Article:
This upside down cake makes use of winter citrus to give bright flavour and a dark ruby colour to this naturally gluten-free cake. The cake itself is soft, and buttery and its use of cornmeal and almonds creates a great fluffy texture that beautifully contrasts the jammy and caramelized blood oranges.
Forgetting about pineapple upside down cake, baking citrus in its entirety is totally in. I'm definitely in love with this recipe because it makes use of the whole citrus, blood oranges to be exact, to not only make a beautiful pattern once flipped, but also to flavour this delicate cake.
Why this recipe works:
One thing that I really enjoy about this recipe is its texture. I find that recipes that are gluten free get a bad rap just because it's gluten free but what people don't know is that polenta cakes are actually super delicious and that they just happen to be gluten free.
By creaming the butter with the sugars, we are able to create a fluffy and yet crumbly texture to the cake. It's also not too sweet and the blood oranges give this cake a nice floral and bright flavour and when the orange slices gets caramelized, it creates a sort of jammy, marmalade-type of feel which is just absolutely delicious, and it makes the cake delightfully moist.
This cake has a few of your usual baking ingredients, but because its use of corn meal and ground almonds, it makes this cake naturally gluten-free.
We are also able to make use of ingredients and methods to help this cake rise so it will have a nice fluffy texture.
Blood Oranges - although you can use any citrus that you like, we are highlighting blood oranges not just because of its dramatic colour, but also because they are also slightly more floral in taste and less tangy than other citrus. We make use of the zest, juice, as well as slices for the cake.
Butter - I like to use salted butter. By using butter, we are able to cream it along with the sugar in order to incorporate air into the batter so that we are able to make this cake light and fluffy. It also helps with flavouring the cake, making it taste buttery, and it also adds moisture. Also, make sure to bring the butter up to room temperature before using so it can cream better.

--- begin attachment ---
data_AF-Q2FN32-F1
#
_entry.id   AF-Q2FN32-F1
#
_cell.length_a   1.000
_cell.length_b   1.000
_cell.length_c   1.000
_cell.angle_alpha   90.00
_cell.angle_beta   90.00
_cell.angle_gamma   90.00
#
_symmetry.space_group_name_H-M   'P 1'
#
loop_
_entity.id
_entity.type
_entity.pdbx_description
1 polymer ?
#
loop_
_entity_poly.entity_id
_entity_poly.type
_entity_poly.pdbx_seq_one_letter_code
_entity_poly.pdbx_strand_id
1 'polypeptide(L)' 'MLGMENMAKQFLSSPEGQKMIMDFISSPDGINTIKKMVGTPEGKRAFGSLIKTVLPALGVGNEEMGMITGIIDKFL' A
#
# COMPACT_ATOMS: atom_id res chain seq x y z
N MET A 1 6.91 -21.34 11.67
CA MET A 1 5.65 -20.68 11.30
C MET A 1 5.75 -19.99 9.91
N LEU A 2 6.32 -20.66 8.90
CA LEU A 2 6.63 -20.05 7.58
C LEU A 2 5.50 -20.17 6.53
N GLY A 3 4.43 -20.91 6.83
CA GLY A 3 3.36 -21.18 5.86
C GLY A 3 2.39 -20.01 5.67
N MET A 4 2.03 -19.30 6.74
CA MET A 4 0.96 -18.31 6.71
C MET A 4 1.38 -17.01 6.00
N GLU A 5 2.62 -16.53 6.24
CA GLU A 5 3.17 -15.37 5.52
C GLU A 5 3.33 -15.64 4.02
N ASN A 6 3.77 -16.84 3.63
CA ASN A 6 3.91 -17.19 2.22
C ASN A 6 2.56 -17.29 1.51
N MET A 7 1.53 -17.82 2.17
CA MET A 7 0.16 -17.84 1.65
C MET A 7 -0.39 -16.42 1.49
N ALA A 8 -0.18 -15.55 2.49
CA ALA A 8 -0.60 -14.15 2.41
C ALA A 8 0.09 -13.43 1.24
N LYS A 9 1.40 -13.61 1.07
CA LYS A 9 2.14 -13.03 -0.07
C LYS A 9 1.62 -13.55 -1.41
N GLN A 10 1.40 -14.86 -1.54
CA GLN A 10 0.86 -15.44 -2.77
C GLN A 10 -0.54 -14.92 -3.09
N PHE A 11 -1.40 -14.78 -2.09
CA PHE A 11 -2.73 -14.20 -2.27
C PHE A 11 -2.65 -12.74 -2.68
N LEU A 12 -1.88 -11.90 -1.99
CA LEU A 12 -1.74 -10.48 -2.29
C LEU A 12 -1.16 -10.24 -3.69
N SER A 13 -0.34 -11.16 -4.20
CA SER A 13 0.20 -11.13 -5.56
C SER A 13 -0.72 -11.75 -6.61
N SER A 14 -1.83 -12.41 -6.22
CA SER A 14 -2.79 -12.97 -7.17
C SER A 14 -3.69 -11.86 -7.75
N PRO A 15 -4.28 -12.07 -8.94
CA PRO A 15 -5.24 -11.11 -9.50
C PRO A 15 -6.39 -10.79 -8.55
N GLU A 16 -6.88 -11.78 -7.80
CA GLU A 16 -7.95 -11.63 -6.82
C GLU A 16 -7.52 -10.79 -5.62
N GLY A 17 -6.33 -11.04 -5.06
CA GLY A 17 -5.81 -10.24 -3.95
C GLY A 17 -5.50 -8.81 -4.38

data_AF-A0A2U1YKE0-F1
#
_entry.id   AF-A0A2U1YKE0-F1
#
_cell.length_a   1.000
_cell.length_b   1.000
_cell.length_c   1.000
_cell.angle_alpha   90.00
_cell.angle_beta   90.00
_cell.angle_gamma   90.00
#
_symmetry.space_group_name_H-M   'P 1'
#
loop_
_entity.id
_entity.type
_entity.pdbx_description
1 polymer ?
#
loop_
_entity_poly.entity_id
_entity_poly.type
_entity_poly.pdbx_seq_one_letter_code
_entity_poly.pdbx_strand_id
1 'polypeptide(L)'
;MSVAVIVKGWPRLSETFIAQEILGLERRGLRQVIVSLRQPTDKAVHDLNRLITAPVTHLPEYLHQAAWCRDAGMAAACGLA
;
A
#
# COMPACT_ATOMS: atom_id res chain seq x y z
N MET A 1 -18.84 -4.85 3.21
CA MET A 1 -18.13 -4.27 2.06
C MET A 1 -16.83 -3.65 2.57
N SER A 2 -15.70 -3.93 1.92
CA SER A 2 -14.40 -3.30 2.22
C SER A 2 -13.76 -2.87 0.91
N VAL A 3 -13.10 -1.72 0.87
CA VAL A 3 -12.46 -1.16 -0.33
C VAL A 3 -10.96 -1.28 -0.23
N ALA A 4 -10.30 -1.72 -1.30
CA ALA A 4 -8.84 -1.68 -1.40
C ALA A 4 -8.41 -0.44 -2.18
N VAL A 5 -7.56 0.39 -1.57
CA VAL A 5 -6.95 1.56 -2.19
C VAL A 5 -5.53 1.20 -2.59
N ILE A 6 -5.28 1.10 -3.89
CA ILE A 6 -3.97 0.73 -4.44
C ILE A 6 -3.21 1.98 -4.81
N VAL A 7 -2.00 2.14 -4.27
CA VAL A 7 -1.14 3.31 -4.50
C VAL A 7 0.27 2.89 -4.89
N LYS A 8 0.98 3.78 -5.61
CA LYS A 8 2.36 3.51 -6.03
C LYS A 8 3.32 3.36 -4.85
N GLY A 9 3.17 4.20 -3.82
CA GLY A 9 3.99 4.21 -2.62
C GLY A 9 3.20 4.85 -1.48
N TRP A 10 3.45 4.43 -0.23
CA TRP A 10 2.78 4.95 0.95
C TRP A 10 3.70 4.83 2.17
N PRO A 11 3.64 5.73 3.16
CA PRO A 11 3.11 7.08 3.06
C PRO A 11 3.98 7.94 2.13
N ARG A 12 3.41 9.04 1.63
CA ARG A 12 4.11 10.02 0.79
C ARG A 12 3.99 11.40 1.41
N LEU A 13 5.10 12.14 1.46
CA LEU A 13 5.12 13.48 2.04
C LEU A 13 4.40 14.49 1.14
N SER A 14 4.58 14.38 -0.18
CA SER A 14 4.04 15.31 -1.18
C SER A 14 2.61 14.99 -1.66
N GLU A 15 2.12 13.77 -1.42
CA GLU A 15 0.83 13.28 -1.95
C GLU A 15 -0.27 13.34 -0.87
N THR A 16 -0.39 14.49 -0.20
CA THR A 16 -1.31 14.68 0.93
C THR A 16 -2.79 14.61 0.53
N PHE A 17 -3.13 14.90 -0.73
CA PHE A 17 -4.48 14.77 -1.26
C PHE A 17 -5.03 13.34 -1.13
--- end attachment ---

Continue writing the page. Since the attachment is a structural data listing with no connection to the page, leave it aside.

Brown Sugar - Brown sugar is used to help with the caramelization of the blood oranges and to help create that jammy texture once you flip the cake. Because brown sugar naturally has that molasses flavour, it also adds a richness to the cake.
Greek Yogurt - it is used to add moisture to the cake, but also because of its acidic profile, it helps activate the baking soda to help the cake rise.
Baking soda, baking powder, and eggs - used as leaveners for the cake.
Cornmeal and ground almonds - it is used in place of gluten-free flour. It gives the cake a distinctive grit, add bulk to a gluten-free cake and gives a slightly sweet and nutty flavour.
Vanilla extract and salt - used to enhance flavour.
How to make this recipe:
This cake is very easy to make, but let me walk you through the process.
Make the topping: Grease a 9-inch cake pan with non-stick cooking spray, then line the bottom with a parchment circle. Sprinkle with the brown sugar then arrange the blood orange slices in a random pattern. Feel free to slice some of them to also place on the edges of the cake pan, similarly to how I have them in my photos, this way the pattern isn't just on the top of the cake (when flipped), but also all around the edges.
Prepare the batter: Combine the dry ingredients in a bowl (with the exception of the sugars). In a separate bowl (or bowl of your stand mixer) cream the butter with the granulated sugar on medium-high speed until very light and fluffy. This step is very important as you'll want to incorporate air into the cake to be able to create a tight crumb. Turn down the speed then add eggs one at a time until each is combined before adding the next. Then add the vanilla, Greek yogurt, blood orange zest, and juice. Add in the dry ingredients and mix until combined.
Spread over the batter: Dollop the batter over the arranged slices carefully and gently spread with a spatula and smooth the top.
Bake the cake: Place the cake pan on a baking sheet, then place on the middle rack of your preheated oven. This cake takes a bit of time to bake. You can check its doneness by using a toothpick or a cake tester and if it comes out dry, the cake is done. If a few crumbs stick to the tester, that is fine, so long as it does not come out wet. Another way to tell if the cake is done is when you press the top of the cake with your fingers and is springs back up, it means it is fully baked.
Cool slightly, then flip: When the cake is done baking, cool the cake slightly, about 10-15 minutes, just to let the cake settle from out of the oven for a bit. Then using oven mitts, you'll want to carefully flip the cake onto a platter. If necessary, peel off the parchment paper. You can then serve this cake warm, or completely cooled.
Check out that beautifully baked pattern!
Expert Tips and Substitutions:
Be sure to make the topping before you make the batter. I find that making the citrus arrangement may take a little bit of time and you don't want your batter to sit while you make the pattern.
This may be a blood orange cake recipe, but you can easily use this cake base for any fruit you'd like to use - like a classic pineapple upside down cake, and also any citrus you have available. I've also been able to make this cake using peaches, plums, and cherries. So the possibilities are endless!
Use sour cream if greek yogurt is not available.
Margarine can be used in place of the butter.
This recipe can be made using a stand mixer, or a hand mixer.